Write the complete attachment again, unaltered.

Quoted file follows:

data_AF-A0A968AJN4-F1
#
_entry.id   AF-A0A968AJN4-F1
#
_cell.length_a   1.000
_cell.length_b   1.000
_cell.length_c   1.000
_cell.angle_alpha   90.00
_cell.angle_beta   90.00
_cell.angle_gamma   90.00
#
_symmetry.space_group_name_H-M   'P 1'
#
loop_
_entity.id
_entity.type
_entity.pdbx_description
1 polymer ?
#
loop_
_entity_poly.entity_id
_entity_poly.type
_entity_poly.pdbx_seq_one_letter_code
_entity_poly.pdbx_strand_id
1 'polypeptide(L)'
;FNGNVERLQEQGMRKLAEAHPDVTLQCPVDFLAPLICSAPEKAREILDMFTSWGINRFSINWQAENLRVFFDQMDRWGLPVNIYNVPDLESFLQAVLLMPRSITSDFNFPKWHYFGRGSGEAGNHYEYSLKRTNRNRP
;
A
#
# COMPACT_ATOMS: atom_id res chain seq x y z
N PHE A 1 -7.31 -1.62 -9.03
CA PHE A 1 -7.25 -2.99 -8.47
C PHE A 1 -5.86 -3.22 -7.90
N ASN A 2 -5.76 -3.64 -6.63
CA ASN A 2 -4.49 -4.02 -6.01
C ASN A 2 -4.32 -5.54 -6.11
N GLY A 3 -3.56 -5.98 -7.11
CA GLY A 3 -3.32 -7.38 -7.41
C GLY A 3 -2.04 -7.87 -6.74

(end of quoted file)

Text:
data_AF-A0A968AJN4-F1
#
_entry.id   AF-A0A968AJN4-F1
#
_cell.length_a   1.000
_cell.length_b   1.000
_cell.length_c   1.000
_cell.angle_alpha   90.00
_cell.angle_beta   90.00
_cell.angle_gamma   90.00
#
_symmetry.space_group_name_H-M   'P 1'
#
loop_
_entity.id
_entity.type
_entity.pdbx_description
1 polymer ?
#
loop_
_entity_poly.entity_id
_entity_poly.type
_entity_poly.pdbx_seq_one_letter_code
_entity_poly.pdbx_strand_id
1 'polypeptide(L)'
;FNGNVERLQEQGMRKLAEAHPDVTLQCPVDFLAPLICSAPEKAREILDMFTSWGINRFSINWQAENLRVFFDQMDRWGLPVNIYNVPDLESFLQAVLLMPRSITSDFNFPKWHYFGRGSGEAGNHYEYSLKRTNRNRP
;
A
#
# COMPACT_ATOMS: atom_id res chain seq x y z
N PHE A 1 -7.31 -1.62 -9.03
CA PHE A 1 -7.25 -2.99 -8.47
C PHE A 1 -5.86 -3.22 -7.90
N ASN A 2 -5.76 -3.64 -6.63
CA ASN A 2 -4.49 -4.02 -6.01
C ASN A 2 -4.32 -5.54 -6.11
N GLY A 3 -3.56 -5.98 -7.11
CA GLY A 3 -3.32 -7.38 -7.41
C GLY A 3 -2.04 -7.87 -6.74